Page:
Photo by: Josh Barnett @ Flat-Out Magazine

In all seriousness, the whole point of a Caterham is its lack of distractions. It’s all about you, the car and the epic road you’ve chosen to pit yourself against.

There’s a fair scope to personalise the mechanicals though, especially with the ‘R’ Pack. Aimed at owners who are likely to use their Seven as a regular track toy, you get a limited-slip differential, lightweight flywheel, sports suspension and a shift light (among other tweaks) as standard.

“If you want something a little more serious to thread through your favourite country lanes it’s perfect”

At £4,495 it’s pretty pricey (though cheaper than the sum of its various components if you were to spec them individually). Is it worth it?

Well, it depends what you plan to do. If you’re new to the whole Caterham Seven experience and just looking for something to enjoy on sunny Sunday mornings in the summer, it probably makes the standard Caterham Seven 360 a little too hardcore.

Photo by: Leon Poultney @ Flat-Out Magazine

Alternatively, if you’re addicted to track days or simply want something a little more serious to thread through your favourite country lanes it’s perfect, helping to sharpen the standard car without going completely mental (a la the 620R).

Has that helped you make your mind up? No. Oh…

Caterham Seven 360R test drive: the drive

Photo by: Leon Poultney @ Flat-Out Magazine

Battle your way past the often-belligerent immobiliser and you’ll find the Caterham Seven 360R fires up with more vim and vigour than its relatively paltry 182hp suggests.

Coupled with the lightweight flywheel of the ‘R’ pack, the response under your right foot is almost motorbike-sharp, with pleasingly rowdy tune played out next to your right hip (courtesy of the side-exiting exhaust).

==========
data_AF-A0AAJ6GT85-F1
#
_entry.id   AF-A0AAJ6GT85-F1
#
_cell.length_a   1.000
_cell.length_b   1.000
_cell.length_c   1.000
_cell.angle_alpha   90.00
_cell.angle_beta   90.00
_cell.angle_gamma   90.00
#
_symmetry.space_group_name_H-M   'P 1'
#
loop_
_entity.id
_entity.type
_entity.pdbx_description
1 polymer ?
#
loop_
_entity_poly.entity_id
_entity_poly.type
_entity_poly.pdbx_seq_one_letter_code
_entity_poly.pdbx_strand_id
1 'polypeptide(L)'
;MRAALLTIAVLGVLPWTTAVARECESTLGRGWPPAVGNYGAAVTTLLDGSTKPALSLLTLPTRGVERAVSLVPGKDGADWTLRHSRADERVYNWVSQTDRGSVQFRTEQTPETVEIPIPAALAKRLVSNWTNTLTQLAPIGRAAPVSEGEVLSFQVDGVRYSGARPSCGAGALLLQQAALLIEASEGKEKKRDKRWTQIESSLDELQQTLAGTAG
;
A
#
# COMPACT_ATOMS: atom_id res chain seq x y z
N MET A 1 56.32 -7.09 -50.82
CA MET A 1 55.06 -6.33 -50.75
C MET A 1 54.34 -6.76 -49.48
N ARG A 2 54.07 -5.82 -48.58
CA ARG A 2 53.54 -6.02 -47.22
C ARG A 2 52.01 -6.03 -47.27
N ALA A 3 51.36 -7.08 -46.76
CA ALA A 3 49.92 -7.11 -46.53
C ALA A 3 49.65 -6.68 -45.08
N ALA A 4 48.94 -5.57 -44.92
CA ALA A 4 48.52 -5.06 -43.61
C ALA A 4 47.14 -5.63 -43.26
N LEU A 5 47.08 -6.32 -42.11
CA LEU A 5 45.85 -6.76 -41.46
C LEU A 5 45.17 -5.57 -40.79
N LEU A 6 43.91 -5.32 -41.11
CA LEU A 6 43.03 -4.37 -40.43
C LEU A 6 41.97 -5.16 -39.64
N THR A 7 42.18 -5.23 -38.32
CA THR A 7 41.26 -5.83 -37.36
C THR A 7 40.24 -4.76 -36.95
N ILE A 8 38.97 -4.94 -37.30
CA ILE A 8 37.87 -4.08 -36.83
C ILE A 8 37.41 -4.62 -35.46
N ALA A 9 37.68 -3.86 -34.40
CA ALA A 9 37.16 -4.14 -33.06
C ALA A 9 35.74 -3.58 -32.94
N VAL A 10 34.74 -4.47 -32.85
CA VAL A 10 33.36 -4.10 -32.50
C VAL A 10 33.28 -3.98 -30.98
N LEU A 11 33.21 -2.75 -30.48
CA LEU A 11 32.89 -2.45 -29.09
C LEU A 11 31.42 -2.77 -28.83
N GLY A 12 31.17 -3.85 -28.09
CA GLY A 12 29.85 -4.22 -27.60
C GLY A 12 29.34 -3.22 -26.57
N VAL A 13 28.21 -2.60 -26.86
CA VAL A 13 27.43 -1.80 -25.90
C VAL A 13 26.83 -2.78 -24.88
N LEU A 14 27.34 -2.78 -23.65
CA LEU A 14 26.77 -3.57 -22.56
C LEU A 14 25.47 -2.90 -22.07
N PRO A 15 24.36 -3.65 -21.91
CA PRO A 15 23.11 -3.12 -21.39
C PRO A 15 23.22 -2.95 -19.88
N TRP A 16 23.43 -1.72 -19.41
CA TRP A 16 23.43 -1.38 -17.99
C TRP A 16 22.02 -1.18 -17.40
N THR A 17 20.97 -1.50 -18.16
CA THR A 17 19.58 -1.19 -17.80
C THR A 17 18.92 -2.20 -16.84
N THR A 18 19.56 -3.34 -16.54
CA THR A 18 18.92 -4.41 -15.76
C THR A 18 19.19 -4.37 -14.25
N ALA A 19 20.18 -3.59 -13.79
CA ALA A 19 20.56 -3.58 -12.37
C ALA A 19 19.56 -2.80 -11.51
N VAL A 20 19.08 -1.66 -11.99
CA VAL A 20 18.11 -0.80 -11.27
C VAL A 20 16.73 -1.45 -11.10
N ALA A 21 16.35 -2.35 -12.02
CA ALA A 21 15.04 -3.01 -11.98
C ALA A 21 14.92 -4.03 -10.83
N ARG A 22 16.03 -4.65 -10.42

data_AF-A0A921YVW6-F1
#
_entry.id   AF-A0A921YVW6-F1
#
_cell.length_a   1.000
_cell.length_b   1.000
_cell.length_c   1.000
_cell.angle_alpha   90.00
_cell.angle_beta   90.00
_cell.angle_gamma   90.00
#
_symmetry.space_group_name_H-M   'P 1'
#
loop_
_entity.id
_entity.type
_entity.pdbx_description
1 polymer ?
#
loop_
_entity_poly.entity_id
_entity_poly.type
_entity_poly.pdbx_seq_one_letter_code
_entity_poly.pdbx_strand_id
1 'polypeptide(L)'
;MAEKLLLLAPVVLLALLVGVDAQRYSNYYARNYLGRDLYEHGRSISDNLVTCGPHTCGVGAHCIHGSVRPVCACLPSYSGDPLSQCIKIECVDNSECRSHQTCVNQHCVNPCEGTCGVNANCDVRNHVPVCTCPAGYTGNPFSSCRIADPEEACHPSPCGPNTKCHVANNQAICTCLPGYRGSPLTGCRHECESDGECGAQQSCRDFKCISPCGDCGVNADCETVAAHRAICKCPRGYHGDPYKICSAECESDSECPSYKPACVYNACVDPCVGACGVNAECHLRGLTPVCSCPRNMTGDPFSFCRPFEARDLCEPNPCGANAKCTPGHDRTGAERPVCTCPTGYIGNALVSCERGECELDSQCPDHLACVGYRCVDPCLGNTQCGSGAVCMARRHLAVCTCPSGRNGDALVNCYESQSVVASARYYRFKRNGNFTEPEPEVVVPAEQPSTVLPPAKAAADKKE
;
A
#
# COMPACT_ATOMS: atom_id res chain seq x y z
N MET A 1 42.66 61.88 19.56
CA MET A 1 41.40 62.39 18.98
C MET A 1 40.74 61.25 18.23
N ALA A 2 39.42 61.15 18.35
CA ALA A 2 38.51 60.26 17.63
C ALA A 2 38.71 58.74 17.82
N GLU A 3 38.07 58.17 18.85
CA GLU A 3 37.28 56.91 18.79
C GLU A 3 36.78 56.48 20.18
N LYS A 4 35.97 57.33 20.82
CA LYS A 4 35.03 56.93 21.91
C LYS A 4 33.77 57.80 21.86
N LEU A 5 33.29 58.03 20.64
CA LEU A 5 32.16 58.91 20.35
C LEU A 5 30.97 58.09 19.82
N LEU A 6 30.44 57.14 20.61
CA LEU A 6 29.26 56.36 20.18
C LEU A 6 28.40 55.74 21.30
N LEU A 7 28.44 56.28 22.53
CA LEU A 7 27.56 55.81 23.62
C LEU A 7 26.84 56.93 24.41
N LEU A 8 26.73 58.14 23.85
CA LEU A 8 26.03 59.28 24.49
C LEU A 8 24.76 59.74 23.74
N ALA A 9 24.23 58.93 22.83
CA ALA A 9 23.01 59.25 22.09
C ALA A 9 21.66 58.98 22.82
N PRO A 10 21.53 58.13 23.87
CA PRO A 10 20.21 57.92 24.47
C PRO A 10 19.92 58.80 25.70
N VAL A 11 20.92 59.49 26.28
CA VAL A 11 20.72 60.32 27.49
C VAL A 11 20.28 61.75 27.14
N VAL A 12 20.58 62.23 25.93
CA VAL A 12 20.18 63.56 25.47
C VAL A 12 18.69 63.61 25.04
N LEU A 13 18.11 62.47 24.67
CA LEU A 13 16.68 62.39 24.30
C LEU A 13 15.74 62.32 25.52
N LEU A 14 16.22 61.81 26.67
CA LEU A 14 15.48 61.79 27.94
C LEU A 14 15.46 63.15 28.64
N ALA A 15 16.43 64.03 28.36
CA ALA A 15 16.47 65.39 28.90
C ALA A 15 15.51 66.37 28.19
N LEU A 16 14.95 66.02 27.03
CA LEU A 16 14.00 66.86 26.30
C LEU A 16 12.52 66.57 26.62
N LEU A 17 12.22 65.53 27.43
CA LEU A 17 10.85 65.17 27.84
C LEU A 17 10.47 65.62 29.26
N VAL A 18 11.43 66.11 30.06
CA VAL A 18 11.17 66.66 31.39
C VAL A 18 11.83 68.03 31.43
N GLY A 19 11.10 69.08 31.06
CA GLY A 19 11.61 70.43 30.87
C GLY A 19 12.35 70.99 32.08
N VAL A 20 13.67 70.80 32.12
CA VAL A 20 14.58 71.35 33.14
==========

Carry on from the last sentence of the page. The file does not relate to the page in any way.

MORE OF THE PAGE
While not as difficult as an out-and-out race car, the 360R’s clutch bite is sharp and, with a relatively short first gear (even in the five-speed ‘box) you may find yourself kangaroo-ing down the road on your first few pull-aways.

Get rolling properly though and the gear shift itself is the dictionary definition of ‘rifle bolt’. Short, sharp, heavy, the stubby lever can be slotted from gate to gate without an inch of sloppiness.

“It’s easy to interpret every message through the steering wheel and the seat of your pants”

Intriguingly, it doesn’t always like being rushed but you do have to fiercely positive with each shift to get the best out of it. After all, the Caterham Seven 360 is a car that needs to be driven.

Expect any help and you’ll be find yourself disappointed. Hop into the hot seat of any Seven means you’re on your own.

Photo by: Leon Poultney @ Flat-Out Magazine

Don’t worry though. Even with a power-to-weight ratio of 325hp per tonne (that’s only a little bit less than the latest Porsche 911 GT3), the Seven 360R isn’t an intimidating beast to thread between the hedges.

Yes, the first few miles may be a bit of a culture shock but, with the engine up front giving plenty of grip on turn-in and your rear-end plonked almost right over the rear axle, judging the attitude of any Caterham quickly becomes second nature.

Photo by: Leon Poultney @ Flat-Out Magazine

Without anything to dampen the connection between you and the tarmac, it’s easy to interpret every message through the steering wheel and the seat of your pants.

Yes, your senses will be working overtime but that is where the complete and utter sense of accomplishment comes from in a Caterham. When everything clicks, there’s very little else like it (short of jumping in a thoroughbred racing single seater).

Caterham Seven 360R test drive: the verdict

Yes, you can drive your Caterham to the nearest supermarket (we did) but, let’s face it, any Seven is never going to be your go-to car for the daily slog.

Sitting a few inches off the ground, a schelp along any motorway in a Caterham highlights the monstrosity of modern motoring; even Smart cars tower above you!

Photo by: Josh Barnett @ Flat-Out Magazine

Despite this, the Seven 360 is eminently usable. It’s not overly stiff (especially if you opt for the standard road suspension setup) nor intimidating. At the same time, there’s more power than grip, even in the dry, allowing you to indulge your inner hooligan at any opportunity.

The £30,000-mark may seem a lot for a weekend toy but, if you live for those uninterrupted Sunday drives, you could do a lot worse than the Caterham Seven 360R (and often for a lot more money) but you couldn’t find much better.